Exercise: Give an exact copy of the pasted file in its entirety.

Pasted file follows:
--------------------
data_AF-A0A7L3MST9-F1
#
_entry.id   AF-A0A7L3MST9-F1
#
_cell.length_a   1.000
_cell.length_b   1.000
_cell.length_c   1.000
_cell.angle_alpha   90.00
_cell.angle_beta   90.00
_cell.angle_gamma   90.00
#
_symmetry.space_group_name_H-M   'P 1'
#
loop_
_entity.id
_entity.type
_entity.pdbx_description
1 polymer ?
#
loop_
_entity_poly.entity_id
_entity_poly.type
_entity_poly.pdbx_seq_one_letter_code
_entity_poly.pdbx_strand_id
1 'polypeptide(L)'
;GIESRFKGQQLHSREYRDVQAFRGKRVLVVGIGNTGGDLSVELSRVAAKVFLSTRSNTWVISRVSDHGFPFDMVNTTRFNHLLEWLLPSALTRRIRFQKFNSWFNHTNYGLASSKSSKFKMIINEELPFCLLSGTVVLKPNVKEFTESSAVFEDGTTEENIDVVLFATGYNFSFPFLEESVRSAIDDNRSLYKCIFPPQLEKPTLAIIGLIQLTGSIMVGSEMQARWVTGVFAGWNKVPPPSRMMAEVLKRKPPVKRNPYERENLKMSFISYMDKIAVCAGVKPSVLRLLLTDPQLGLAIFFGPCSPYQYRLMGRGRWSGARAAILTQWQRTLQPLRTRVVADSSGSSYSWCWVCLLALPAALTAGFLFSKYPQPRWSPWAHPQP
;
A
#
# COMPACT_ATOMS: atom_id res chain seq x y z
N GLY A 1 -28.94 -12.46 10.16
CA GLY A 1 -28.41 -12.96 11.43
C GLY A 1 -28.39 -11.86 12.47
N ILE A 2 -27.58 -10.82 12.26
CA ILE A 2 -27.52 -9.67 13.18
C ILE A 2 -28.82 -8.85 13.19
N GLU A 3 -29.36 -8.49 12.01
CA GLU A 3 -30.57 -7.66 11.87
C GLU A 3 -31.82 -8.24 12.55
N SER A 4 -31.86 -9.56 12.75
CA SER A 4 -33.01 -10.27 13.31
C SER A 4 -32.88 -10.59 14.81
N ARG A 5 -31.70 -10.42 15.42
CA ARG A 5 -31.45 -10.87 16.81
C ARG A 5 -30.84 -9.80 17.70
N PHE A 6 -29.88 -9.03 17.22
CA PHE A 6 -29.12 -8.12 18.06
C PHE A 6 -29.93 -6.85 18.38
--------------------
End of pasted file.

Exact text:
data_AF-A0A7L3MST9-F1
#
_entry.id   AF-A0A7L3MST9-F1
#
_cell.length_a   1.000
_cell.length_b   1.000
_cell.length_c   1.000
_cell.angle_alpha   90.00
_cell.angle_beta   90.00
_cell.angle_gamma   90.00
#
_symmetry.space_group_name_H-M   'P 1'
#
loop_
_entity.id
_entity.type
_entity.pdbx_description
1 polymer ?
#
loop_
_entity_poly.entity_id
_entity_poly.type
_entity_poly.pdbx_seq_one_letter_code
_entity_poly.pdbx_strand_id
1 'polypeptide(L)'
;GIESRFKGQQLHSREYRDVQAFRGKRVLVVGIGNTGGDLSVELSRVAAKVFLSTRSNTWVISRVSDHGFPFDMVNTTRFNHLLEWLLPSALTRRIRFQKFNSWFNHTNYGLASSKSSKFKMIINEELPFCLLSGTVVLKPNVKEFTESSAVFEDGTTEENIDVVLFATGYNFSFPFLEESVRSAIDDNRSLYKCIFPPQLEKPTLAIIGLIQLTGSIMVGSEMQARWVTGVFAGWNKVPPPSRMMAEVLKRKPPVKRNPYERENLKMSFISYMDKIAVCAGVKPSVLRLLLTDPQLGLAIFFGPCSPYQYRLMGRGRWSGARAAILTQWQRTLQPLRTRVVADSSGSSYSWCWVCLLALPAALTAGFLFSKYPQPRWSPWAHPQP
;
A
#
# COMPACT_ATOMS: atom_id res chain seq x y z
N GLY A 1 -28.94 -12.46 10.16
CA GLY A 1 -28.41 -12.96 11.43
C GLY A 1 -28.39 -11.86 12.47
N ILE A 2 -27.58 -10.82 12.26
CA ILE A 2 -27.52 -9.67 13.18
C ILE A 2 -28.82 -8.85 13.19
N GLU A 3 -29.36 -8.49 12.01
CA GLU A 3 -30.57 -7.66 11.87
C GLU A 3 -31.82 -8.24 12.55
N SER A 4 -31.86 -9.56 12.75
CA SER A 4 -33.01 -10.27 13.31
C SER A 4 -32.88 -10.59 14.81
N ARG A 5 -31.70 -10.42 15.42
CA ARG A 5 -31.45 -10.87 16.81
C ARG A 5 -30.84 -9.80 17.70
N PHE A 6 -29.88 -9.03 17.22
CA PHE A 6 -29.12 -8.12 18.06
C PHE A 6 -29.93 -6.85 18.38